Recently, large-scale audits of patient monitor alarms have been performed on intensive care units by downloading patient monitor data.7 12 However, auditing ventilator alarms from neonatal units has not been reported. A paediatric intensive care unit study did not report ventilator alarms systematically because of difficulties with obtaining time-stamped data.13 Bergon-Sendin et al included ventilators in their alarm audit on a neonatal intensive care unit (NICU); however, they focused on appropriate equipment use and did not analyse alarm data.14 Manual data collection of ventilator alarms is labour intensive, introduces observational bias, data loss, and is unreliable.

We have investigated the causes, frequency and duration of ventilator alarms in our NICU. We developed a technique of analysing details of neonatal ventilator alarms and associated ventilator parameters.



Ventilator alarm data were collected and analysed as part of a registered service evaluation, authorised by the Research and Development Department of Cambridge University Hospitals NHS Trust (registration number: 4572) who agreed no individual parental consent or ethical review was required. Data were collected anonymously from Babylog VN500 ventilators (Dräger, Lübeck, Germany) with a convenience sample of 50 infants between September 2015 and July 2016. The clinical team was aware of the study but not its purpose. No aspect of any infant’s ventilation was affected by the data collection. The median gestational age was 28.5 weeks (range 23–42 weeks). Twenty-one infants were born at 23–27 weeks’ gestation, 10 at 28–32 weeks, 7 at 33–36 weeks and 12 at >36 weeks. The mean weight during the recordings was 1810 g (range: 515–4300 g). Infants were ventilated for various neonatal problems including respiratory distress syndrome, sepsis, meconium aspiration, hypoxic-ischaemic encephalopathy and congenital diaphragmatic hernia. Four had data collected for <12 hours. This was too short for collecting accurate data on alarms and so they were not included in this report.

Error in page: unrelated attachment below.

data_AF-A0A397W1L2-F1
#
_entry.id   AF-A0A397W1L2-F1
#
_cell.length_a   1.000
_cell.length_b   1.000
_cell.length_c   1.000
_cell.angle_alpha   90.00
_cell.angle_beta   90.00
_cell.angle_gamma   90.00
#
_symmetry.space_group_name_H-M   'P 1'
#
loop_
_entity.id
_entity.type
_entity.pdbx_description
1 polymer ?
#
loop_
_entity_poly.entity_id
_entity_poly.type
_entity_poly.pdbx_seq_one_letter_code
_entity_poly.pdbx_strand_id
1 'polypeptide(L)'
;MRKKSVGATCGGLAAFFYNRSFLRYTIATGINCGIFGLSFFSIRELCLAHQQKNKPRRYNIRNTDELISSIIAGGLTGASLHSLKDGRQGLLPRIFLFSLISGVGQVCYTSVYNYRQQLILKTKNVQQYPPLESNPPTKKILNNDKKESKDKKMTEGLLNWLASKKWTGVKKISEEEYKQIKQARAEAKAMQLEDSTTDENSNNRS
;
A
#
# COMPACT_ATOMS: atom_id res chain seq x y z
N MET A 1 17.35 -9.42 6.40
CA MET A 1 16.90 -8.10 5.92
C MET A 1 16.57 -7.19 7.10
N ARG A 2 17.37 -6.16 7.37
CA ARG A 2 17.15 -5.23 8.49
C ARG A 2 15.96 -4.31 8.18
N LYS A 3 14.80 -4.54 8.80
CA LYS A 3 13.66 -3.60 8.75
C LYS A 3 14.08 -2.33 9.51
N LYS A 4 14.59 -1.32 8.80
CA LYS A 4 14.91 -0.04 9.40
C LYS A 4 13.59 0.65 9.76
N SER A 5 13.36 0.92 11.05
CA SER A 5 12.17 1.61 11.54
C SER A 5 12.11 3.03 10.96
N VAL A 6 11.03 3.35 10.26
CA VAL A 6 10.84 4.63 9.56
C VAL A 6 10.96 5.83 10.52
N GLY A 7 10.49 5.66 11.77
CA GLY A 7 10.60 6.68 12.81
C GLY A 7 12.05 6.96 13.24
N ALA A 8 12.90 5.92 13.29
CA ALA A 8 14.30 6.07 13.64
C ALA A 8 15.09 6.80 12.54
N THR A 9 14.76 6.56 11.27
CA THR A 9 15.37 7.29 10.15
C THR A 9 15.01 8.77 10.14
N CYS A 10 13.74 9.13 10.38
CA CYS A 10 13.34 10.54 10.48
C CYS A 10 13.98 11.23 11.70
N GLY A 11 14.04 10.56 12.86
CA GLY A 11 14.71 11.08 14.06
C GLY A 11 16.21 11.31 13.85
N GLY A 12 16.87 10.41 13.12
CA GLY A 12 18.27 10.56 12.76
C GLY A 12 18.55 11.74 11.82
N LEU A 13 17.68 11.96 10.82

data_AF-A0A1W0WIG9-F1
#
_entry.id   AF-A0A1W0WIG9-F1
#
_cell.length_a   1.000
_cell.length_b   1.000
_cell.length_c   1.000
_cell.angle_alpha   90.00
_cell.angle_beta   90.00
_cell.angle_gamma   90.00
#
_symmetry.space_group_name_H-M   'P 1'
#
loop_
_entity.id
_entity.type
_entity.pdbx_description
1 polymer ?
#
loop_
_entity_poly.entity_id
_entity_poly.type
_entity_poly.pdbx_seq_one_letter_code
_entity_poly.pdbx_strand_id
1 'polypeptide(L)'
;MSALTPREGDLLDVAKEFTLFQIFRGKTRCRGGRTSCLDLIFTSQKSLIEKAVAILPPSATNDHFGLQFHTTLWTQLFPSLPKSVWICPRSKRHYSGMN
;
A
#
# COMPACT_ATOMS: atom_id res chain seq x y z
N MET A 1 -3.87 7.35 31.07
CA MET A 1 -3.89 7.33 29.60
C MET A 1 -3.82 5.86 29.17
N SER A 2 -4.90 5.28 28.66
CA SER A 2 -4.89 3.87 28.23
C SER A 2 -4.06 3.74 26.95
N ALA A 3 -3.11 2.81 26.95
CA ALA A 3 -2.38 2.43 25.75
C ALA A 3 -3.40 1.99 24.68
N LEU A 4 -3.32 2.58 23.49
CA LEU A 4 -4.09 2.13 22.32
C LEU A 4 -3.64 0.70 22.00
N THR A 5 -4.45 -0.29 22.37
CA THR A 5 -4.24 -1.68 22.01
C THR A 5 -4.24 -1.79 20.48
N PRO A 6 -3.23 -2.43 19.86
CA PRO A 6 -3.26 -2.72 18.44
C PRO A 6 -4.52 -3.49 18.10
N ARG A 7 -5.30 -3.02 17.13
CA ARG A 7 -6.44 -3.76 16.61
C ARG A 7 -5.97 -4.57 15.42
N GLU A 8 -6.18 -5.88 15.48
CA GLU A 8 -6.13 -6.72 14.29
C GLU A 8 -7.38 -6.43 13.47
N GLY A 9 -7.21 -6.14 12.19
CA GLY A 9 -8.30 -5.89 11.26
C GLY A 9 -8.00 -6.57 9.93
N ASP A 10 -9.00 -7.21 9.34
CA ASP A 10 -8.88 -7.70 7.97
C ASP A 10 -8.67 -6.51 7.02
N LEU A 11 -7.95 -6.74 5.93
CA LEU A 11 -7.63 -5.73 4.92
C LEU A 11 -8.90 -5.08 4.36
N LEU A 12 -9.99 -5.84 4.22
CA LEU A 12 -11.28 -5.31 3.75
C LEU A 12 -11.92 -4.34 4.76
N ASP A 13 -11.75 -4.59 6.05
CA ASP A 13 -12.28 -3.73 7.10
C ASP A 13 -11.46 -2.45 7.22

Data retrieval and analysis

Data on all ventilation parameters and alarms were downloaded from a ventilator communication port to a laptop using data logging software developed by the ‘Technology and Intellectual Property’ department of Dräger Medical. It is not commercially available. Data were retrieved from the ventilator’s Medibus protocol. Alarm data were retrieved with a time stamp accurate to a millisecond when an alarm was triggered and again when the alarm’s value returned to the target range. Alarm limit settings and ventilator parameter settings were recorded automatically when the recording started and when they were changed. Data were collected every second. The pressures shown on the graphs are of the last full inflation applied to the patient before the time stamp. MVs were calculated by the ventilator from the flow data over 20 s windows with appropriate filters. Data were exported as .csv text files.

To analyse this very large data set we used Python (V.3.5.1 and its add-on packages. All the software is open source. We used the IPython Notebook (V.4.1.2, as a programming interface. Data were analysed using the pandas (V.0.18.0, and NumPy (V.1.10.4, packages. Graphs were produced using matplotlib (V.1.5.1, Analysis was done with a MacBook Pro V.2014, 2.6 GHz i5 processor and 8 Gb RAM memory. We have also uploaded our code to the GitHub code repository ( Readers can follow the analyses or reuse the code to analyse their own data obtained in a similar format.


Data were collected continuously from 46 babies, on average for 2.5 days (range 22–165 hours). Total data collection was 116 days. Thirty-four babies (74%) received assist-control ventilation also called synchronised intermittent positive pressure ventilation (SIPPV), 14 (30%) synchronised intermittent mandatory ventilation (SIMV), 14 (30%) high-frequency oscillatory ventilation (HFOV) and 3 (6%) pressure support ventilation. Volume guarantee (VG) mode was used, at least part of the time, in 45. Many received more than one mode during the recording period.